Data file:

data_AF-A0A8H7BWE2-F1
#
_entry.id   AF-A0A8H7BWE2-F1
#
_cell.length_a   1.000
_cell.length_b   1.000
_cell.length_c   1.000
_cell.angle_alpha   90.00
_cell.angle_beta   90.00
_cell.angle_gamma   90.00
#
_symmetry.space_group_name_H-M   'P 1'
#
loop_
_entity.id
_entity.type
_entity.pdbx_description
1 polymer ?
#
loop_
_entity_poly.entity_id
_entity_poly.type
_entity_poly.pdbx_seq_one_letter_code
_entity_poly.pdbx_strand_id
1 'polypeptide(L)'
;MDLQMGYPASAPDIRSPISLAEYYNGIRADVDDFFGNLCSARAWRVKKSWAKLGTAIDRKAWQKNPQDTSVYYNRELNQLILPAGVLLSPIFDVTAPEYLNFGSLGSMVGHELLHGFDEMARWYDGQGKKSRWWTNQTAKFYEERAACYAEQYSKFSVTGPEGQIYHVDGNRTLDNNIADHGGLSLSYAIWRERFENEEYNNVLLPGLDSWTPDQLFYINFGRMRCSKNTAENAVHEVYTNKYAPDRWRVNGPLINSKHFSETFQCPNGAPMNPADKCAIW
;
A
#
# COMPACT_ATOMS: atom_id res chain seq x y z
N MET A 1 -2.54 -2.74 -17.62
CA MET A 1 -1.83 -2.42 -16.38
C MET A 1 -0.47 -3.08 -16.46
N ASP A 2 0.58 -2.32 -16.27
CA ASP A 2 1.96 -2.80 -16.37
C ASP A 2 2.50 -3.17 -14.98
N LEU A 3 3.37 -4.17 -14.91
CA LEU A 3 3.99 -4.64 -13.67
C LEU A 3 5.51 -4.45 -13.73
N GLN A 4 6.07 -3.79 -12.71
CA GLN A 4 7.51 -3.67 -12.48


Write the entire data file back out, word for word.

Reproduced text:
data_AF-A0A8H7BWE2-F1
#
_entry.id   AF-A0A8H7BWE2-F1
#
_cell.length_a   1.000
_cell.length_b   1.000
_cell.length_c   1.000
_cell.angle_alpha   90.00
_cell.angle_beta   90.00
_cell.angle_gamma   90.00
#
_symmetry.space_group_name_H-M   'P 1'
#
loop_
_entity.id
_entity.type
_entity.pdbx_description
1 polymer ?
#
loop_
_entity_poly.entity_id
_entity_poly.type
_entity_poly.pdbx_seq_one_letter_code
_entity_poly.pdbx_strand_id
1 'polypeptide(L)'
;MDLQMGYPASAPDIRSPISLAEYYNGIRADVDDFFGNLCSARAWRVKKSWAKLGTAIDRKAWQKNPQDTSVYYNRELNQLILPAGVLLSPIFDVTAPEYLNFGSLGSMVGHELLHGFDEMARWYDGQGKKSRWWTNQTAKFYEERAACYAEQYSKFSVTGPEGQIYHVDGNRTLDNNIADHGGLSLSYAIWRERFENEEYNNVLLPGLDSWTPDQLFYINFGRMRCSKNTAENAVHEVYTNKYAPDRWRVNGPLINSKHFSETFQCPNGAPMNPADKCAIW
;
A
#
# COMPACT_ATOMS: atom_id res chain seq x y z
N MET A 1 -2.54 -2.74 -17.62
CA MET A 1 -1.83 -2.42 -16.38
C MET A 1 -0.47 -3.08 -16.46
N ASP A 2 0.58 -2.32 -16.27
CA ASP A 2 1.96 -2.80 -16.37
C ASP A 2 2.50 -3.17 -14.98
N LEU A 3 3.37 -4.17 -14.91
CA LEU A 3 3.99 -4.64 -13.67
C LEU A 3 5.51 -4.45 -13.73
N GLN A 4 6.07 -3.79 -12.71
CA GLN A 4 7.51 -3.67 -12.48